Humility

photo by Freddy Maddie

 
Humility isn’t always considered a virtue, but this is the third virtue the Apostle Paul tells the Colossian Christians to “put on.”
 
Put on then, as God’s chosen ones, holy and beloved, compassionate hearts, kindness, humility, meekness, and patience (Colossians 3:12).
 
Even moderns fail to think about humility as a virtue. “To get ahead,” the advice goes, “you have to blow your own horn.” In the year Emperor Nero died, there was a scramble among his generals to become the next emperor. Galba was the first but was quickly put to death. Josephus says Galba “was accused by the soldiers as a pusillanimous person.”[1] Paul’s Greek word translated “humility” is used by Josephus to declare Galba “pusillanimous,” that is, “timid, lacking courage or determination.” [2]
 
The New Testament never uses humility in this derogatory sense. It is always a virtue. Paul told the Philippians, “Do nothing from selfish ambition or conceit, but in humility count others more significant than yourselves” (Philippians 2:3).
 
Peter echoes Paul’s instructions: “Clothe yourselves, all of you, with humility toward one another, for ‘God opposes the proud but gives grace to the humble.’” (1 Peter 5:5)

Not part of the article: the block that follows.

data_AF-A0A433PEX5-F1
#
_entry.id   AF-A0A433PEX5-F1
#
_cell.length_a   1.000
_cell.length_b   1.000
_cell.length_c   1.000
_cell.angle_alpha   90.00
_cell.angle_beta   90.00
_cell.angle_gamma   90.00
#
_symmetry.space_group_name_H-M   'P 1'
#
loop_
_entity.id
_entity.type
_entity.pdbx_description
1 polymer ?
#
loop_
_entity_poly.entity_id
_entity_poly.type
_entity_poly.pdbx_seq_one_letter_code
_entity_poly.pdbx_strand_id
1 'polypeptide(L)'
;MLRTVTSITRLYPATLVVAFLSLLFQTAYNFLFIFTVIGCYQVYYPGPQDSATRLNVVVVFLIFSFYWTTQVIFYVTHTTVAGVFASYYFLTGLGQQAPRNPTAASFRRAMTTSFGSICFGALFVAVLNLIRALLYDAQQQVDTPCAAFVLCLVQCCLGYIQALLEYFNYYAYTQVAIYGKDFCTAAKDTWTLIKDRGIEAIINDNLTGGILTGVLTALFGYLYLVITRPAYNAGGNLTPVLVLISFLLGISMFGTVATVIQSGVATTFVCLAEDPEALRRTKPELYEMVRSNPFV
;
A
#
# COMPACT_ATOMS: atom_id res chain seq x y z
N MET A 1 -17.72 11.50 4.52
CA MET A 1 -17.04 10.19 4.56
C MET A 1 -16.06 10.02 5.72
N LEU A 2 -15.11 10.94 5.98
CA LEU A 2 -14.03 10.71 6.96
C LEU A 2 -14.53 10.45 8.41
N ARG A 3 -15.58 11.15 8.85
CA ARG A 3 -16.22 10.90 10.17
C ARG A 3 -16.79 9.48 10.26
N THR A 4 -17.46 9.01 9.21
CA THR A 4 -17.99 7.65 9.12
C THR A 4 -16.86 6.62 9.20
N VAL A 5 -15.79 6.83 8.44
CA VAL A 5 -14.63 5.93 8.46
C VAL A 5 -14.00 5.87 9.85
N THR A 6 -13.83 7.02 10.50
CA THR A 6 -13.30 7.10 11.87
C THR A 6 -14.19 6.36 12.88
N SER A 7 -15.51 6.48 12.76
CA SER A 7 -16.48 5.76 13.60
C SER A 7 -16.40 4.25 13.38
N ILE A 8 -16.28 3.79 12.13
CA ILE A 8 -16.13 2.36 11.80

The opposite of humility is pride which Christians consider the first of the Seven Deadly Sins (Pride, Envy, Wrath, Sloth, Lust, Avarice, and Gluttony). Pride is the “inordinate assertion of self.” Pride is always aiming high – which isn’t always a sin. “Excellence” aims high, but the sin of pride is arrogant. It belittles others and inflates self. There is a falseness to pride. Of course, nothing stinks worse than false humility. The early Christian, Clement of Rome, warned: “The humble person should not testify to his own humility, but leave it to someone else to testify about him,” Clement (1 Clement 38:2). [3]
 
James Stalker gives this advice to anyone who wrestles with pride: “Anything that makes us think more of God or our neighbor is a remedy because, as I have said, the essence of pride is selfishness.” [4]
 
Finally, let’s close by considering the example of Jesus:
Your attitude should be the same as that of Christ Jesus:
     Who, being in very nature God,
did not consider equality with God something to be grasped,
     but made himself nothing,
taking the very nature of a servant,
being made in human likeness.
     And being found in appearance as a man,
he humbled himself
and became obedient to death—
even death on a cross!
     Therefore God exalted him to the highest place
and gave him the name that is above every name,
     that at the name of Jesus every knee should bow,
in heaven and on earth and under the earth,
     and every tongue confess that Jesus Christ is Lord,
to the glory of God the Father (Philippians 1:6 – 11).

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